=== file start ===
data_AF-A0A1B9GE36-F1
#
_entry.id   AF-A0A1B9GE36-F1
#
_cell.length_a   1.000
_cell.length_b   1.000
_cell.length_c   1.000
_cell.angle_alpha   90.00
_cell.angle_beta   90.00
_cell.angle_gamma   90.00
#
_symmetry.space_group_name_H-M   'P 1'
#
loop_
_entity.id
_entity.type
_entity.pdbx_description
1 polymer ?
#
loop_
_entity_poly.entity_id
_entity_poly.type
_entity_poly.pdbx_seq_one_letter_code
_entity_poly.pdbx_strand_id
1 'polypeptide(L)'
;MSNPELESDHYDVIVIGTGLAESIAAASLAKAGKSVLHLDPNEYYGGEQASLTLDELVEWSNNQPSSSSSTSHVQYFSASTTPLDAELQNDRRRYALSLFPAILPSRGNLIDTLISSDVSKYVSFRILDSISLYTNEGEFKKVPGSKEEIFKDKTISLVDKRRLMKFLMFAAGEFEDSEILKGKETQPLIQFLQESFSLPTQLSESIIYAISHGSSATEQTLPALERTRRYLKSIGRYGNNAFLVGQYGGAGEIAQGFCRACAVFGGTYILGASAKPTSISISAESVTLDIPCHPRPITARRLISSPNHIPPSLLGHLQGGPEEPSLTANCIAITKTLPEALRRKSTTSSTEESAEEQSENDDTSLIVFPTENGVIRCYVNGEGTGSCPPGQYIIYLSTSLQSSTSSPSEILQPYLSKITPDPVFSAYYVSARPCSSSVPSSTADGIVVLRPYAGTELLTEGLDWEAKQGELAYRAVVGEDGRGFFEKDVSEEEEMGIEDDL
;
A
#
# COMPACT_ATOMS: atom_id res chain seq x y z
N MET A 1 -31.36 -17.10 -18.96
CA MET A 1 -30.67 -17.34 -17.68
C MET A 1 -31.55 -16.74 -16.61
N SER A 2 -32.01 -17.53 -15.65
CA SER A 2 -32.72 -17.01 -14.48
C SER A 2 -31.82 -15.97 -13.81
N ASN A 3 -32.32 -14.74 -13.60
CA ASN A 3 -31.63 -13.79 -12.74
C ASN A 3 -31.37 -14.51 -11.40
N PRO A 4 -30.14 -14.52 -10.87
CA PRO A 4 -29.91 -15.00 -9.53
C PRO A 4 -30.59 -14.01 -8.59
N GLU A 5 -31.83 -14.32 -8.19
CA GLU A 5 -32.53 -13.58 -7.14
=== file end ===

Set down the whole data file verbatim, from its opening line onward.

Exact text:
data_AF-A0A1B9GE36-F1
#
_entry.id   AF-A0A1B9GE36-F1
#
_cell.length_a   1.000
_cell.length_b   1.000
_cell.length_c   1.000
_cell.angle_alpha   90.00
_cell.angle_beta   90.00
_cell.angle_gamma   90.00
#
_symmetry.space_group_name_H-M   'P 1'
#
loop_
_entity.id
_entity.type
_entity.pdbx_description
1 polymer ?
#
loop_
_entity_poly.entity_id
_entity_poly.type
_entity_poly.pdbx_seq_one_letter_code
_entity_poly.pdbx_strand_id
1 'polypeptide(L)'
;MSNPELESDHYDVIVIGTGLAESIAAASLAKAGKSVLHLDPNEYYGGEQASLTLDELVEWSNNQPSSSSSTSHVQYFSASTTPLDAELQNDRRRYALSLFPAILPSRGNLIDTLISSDVSKYVSFRILDSISLYTNEGEFKKVPGSKEEIFKDKTISLVDKRRLMKFLMFAAGEFEDSEILKGKETQPLIQFLQESFSLPTQLSESIIYAISHGSSATEQTLPALERTRRYLKSIGRYGNNAFLVGQYGGAGEIAQGFCRACAVFGGTYILGASAKPTSISISAESVTLDIPCHPRPITARRLISSPNHIPPSLLGHLQGGPEEPSLTANCIAITKTLPEALRRKSTTSSTEESAEEQSENDDTSLIVFPTENGVIRCYVNGEGTGSCPPGQYIIYLSTSLQSSTSSPSEILQPYLSKITPDPVFSAYYVSARPCSSSVPSSTADGIVVLRPYAGTELLTEGLDWEAKQGELAYRAVVGEDGRGFFEKDVSEEEEMGIEDDL
;
A
#
# COMPACT_ATOMS: atom_id res chain seq x y z
N MET A 1 -31.36 -17.10 -18.96
CA MET A 1 -30.67 -17.34 -17.68
C MET A 1 -31.55 -16.74 -16.61
N SER A 2 -32.01 -17.53 -15.65
CA SER A 2 -32.72 -17.01 -14.48
C SER A 2 -31.82 -15.97 -13.81
N ASN A 3 -32.32 -14.74 -13.60
CA ASN A 3 -31.63 -13.79 -12.74
C ASN A 3 -31.37 -14.51 -11.40
N PRO A 4 -30.14 -14.52 -10.87
CA PRO A 4 -29.91 -15.00 -9.53
C PRO A 4 -30.59 -14.01 -8.59
N GLU A 5 -31.83 -14.32 -8.19
CA GLU A 5 -32.53 -13.58 -7.14